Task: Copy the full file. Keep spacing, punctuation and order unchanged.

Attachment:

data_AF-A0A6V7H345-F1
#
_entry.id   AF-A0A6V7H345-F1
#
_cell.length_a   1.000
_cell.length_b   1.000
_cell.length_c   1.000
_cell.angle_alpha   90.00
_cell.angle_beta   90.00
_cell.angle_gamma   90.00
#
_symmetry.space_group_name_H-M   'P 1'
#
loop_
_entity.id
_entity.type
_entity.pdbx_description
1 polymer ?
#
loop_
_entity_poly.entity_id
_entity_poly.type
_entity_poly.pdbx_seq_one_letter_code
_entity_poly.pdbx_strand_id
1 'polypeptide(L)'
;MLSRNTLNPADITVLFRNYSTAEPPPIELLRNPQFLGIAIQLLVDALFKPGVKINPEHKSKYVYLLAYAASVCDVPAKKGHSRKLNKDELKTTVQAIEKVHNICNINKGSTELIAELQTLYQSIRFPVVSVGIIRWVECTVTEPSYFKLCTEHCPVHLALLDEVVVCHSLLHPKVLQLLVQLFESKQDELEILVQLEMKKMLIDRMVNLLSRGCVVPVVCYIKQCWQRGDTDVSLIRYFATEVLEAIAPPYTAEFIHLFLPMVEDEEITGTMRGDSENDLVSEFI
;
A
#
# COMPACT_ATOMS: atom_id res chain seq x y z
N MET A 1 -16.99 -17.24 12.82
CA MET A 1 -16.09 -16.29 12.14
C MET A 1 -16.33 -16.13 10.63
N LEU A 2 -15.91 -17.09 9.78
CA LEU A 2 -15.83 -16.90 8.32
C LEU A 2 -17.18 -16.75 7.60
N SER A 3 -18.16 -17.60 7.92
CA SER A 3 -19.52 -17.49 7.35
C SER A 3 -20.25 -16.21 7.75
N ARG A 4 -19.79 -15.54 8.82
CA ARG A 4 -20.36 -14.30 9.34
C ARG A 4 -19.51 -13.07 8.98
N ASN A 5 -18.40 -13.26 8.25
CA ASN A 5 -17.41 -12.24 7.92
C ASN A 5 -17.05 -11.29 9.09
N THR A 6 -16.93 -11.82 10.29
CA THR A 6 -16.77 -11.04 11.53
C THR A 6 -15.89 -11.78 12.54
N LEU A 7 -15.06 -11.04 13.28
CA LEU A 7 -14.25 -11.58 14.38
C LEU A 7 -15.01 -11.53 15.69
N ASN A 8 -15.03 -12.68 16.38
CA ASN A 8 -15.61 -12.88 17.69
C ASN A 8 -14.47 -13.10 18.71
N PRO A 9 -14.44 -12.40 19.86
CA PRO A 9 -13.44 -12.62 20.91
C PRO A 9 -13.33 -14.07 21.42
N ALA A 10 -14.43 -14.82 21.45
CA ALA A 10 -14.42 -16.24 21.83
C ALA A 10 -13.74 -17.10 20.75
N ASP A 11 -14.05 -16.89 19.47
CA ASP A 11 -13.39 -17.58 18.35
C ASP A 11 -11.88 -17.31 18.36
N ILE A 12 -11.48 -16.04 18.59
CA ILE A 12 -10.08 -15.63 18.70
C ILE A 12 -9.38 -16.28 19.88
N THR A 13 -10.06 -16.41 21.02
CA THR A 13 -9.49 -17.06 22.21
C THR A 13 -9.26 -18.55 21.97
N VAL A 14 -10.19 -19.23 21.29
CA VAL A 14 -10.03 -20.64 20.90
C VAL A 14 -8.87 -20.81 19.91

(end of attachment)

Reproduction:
data_AF-A0A6V7H345-F1
#
_entry.id   AF-A0A6V7H345-F1
#
_cell.length_a   1.000
_cell.length_b   1.000
_cell.length_c   1.000
_cell.angle_alpha   90.00
_cell.angle_beta   90.00
_cell.angle_gamma   90.00
#
_symmetry.space_group_name_H-M   'P 1'
#
loop_
_entity.id
_entity.type
_entity.pdbx_description
1 polymer ?
#
loop_
_entity_poly.entity_id
_entity_poly.type
_entity_poly.pdbx_seq_one_letter_code
_entity_poly.pdbx_strand_id
1 'polypeptide(L)'
;MLSRNTLNPADITVLFRNYSTAEPPPIELLRNPQFLGIAIQLLVDALFKPGVKINPEHKSKYVYLLAYAASVCDVPAKKGHSRKLNKDELKTTVQAIEKVHNICNINKGSTELIAELQTLYQSIRFPVVSVGIIRWVECTVTEPSYFKLCTEHCPVHLALLDEVVVCHSLLHPKVLQLLVQLFESKQDELEILVQLEMKKMLIDRMVNLLSRGCVVPVVCYIKQCWQRGDTDVSLIRYFATEVLEAIAPPYTAEFIHLFLPMVEDEEITGTMRGDSENDLVSEFI
;
A
#
# COMPACT_ATOMS: atom_id res chain seq x y z
N MET A 1 -16.99 -17.24 12.82
CA MET A 1 -16.09 -16.29 12.14
C MET A 1 -16.33 -16.13 10.63
N LEU A 2 -15.91 -17.09 9.78
CA LEU A 2 -15.83 -16.90 8.32
C LEU A 2 -17.18 -16.75 7.60
N SER A 3 -18.16 -17.60 7.92
CA SER A 3 -19.52 -17.49 7.35
C SER A 3 -20.25 -16.21 7.75
N ARG A 4 -19.79 -15.54 8.82
CA ARG A 4 -20.36 -14.30 9.34
C ARG A 4 -19.51 -13.07 8.98
N ASN A 5 -18.40 -13.26 8.25
CA ASN A 5 -17.41 -12.24 7.92
C ASN A 5 -17.05 -11.29 9.09
N THR A 6 -16.93 -11.82 10.29
CA THR A 6 -16.77 -11.04 11.53
C THR A 6 -15.89 -11.78 12.54
N LEU A 7 -15.06 -11.04 13.28
CA LEU A 7 -14.25 -11.58 14.38
C LEU A 7 -15.01 -11.53 15.69
N ASN A 8 -15.03 -12.68 16.38
CA ASN A 8 -15.61 -12.88 17.69
C ASN A 8 -14.47 -13.10 18.71
N PRO A 9 -14.44 -12.40 19.86
CA PRO A 9 -13.44 -12.62 20.91
C PRO A 9 -13.33 -14.07 21.42
N ALA A 10 -14.43 -14.82 21.45
CA ALA A 10 -14.42 -16.24 21.83
C ALA A 10 -13.74 -17.10 20.75
N ASP A 11 -14.05 -16.89 19.47
CA ASP A 11 -13.39 -17.58 18.35
C ASP A 11 -11.88 -17.31 18.36
N ILE A 12 -11.48 -16.04 18.59
CA ILE A 12 -10.08 -15.63 18.70
C ILE A 12 -9.38 -16.28 19.88
N THR A 13 -10.06 -16.41 21.02
CA THR A 13 -9.49 -17.06 22.21
C THR A 13 -9.26 -18.55 21.97
N VAL A 14 -10.19 -19.23 21.29
CA VAL A 14 -10.03 -20.64 20.90
C VAL A 14 -8.87 -20.81 19.91